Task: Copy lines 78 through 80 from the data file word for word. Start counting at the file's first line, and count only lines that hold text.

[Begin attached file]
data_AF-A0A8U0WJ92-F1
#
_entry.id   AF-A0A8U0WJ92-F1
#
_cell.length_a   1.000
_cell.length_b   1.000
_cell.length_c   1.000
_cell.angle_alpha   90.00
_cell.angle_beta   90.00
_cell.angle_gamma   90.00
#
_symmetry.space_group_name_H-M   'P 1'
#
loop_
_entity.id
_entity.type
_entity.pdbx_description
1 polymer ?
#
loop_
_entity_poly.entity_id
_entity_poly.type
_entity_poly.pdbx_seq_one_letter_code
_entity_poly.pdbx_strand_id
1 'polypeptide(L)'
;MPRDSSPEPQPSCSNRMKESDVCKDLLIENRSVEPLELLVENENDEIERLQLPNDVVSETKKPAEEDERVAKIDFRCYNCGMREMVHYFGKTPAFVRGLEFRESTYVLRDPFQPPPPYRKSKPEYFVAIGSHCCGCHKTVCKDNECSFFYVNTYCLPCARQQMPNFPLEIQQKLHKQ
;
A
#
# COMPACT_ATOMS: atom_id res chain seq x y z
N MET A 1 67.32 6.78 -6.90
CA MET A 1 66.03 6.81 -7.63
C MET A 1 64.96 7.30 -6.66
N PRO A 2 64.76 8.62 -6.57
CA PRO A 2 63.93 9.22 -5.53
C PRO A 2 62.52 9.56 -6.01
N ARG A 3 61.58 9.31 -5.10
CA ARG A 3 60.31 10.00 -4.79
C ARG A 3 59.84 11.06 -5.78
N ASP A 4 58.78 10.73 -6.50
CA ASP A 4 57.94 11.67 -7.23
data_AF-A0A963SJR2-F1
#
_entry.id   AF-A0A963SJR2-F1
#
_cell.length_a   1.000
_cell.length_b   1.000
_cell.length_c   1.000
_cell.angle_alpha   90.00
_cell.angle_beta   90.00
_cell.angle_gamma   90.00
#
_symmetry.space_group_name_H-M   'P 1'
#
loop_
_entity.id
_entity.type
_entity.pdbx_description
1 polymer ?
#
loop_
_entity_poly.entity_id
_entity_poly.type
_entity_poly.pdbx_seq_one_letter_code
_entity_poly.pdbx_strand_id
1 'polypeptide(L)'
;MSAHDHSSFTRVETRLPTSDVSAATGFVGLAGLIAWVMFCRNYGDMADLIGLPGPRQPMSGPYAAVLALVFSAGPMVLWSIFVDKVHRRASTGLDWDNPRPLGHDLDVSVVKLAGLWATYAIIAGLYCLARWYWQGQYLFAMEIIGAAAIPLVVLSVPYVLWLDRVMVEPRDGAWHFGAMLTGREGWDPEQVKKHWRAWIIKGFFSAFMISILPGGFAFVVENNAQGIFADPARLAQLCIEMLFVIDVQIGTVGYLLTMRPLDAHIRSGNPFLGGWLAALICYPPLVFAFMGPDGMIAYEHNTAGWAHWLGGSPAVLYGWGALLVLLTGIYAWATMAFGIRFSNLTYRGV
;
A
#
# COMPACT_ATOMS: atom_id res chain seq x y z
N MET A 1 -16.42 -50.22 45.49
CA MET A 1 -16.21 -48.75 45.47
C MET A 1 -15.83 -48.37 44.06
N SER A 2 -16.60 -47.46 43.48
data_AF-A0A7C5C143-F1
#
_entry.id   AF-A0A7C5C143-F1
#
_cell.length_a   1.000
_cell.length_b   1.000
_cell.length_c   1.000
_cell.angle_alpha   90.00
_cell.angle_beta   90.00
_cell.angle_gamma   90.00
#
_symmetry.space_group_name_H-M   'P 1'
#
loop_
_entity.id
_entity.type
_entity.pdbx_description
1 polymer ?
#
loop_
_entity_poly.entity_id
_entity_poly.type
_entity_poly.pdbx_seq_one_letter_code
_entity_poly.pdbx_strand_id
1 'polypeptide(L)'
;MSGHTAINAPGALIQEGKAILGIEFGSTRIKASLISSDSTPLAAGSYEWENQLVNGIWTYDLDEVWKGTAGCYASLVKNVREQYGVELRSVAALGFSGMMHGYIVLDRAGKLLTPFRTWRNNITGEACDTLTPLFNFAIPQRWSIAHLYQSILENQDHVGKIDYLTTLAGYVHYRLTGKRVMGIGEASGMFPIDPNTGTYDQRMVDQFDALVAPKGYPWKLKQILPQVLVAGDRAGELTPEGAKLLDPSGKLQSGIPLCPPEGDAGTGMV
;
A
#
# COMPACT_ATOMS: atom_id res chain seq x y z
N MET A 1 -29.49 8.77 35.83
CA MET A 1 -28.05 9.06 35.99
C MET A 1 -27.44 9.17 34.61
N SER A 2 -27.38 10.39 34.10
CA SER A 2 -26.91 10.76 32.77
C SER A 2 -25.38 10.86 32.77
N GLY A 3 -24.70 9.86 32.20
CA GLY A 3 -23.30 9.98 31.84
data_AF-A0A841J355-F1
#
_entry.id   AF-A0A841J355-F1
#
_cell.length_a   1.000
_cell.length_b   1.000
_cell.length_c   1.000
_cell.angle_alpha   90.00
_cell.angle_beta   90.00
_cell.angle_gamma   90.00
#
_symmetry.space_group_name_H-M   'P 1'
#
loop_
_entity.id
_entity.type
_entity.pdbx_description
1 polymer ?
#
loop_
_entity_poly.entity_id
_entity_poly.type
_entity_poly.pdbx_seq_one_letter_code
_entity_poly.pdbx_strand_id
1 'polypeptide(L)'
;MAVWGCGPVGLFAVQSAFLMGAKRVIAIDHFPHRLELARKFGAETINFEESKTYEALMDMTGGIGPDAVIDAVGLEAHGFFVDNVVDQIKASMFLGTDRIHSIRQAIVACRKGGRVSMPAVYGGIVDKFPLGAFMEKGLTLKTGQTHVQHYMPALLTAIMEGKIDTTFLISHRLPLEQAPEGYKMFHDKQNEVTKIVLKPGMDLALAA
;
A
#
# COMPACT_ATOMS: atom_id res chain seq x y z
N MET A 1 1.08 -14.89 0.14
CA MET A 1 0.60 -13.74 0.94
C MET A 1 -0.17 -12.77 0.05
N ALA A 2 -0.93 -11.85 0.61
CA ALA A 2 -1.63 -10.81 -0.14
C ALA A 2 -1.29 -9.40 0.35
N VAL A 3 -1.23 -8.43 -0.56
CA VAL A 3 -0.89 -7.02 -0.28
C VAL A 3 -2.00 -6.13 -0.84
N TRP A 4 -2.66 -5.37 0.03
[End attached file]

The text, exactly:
_entry.id   AF-A0A7C5C143-F1
#
_cell.length_a   1.000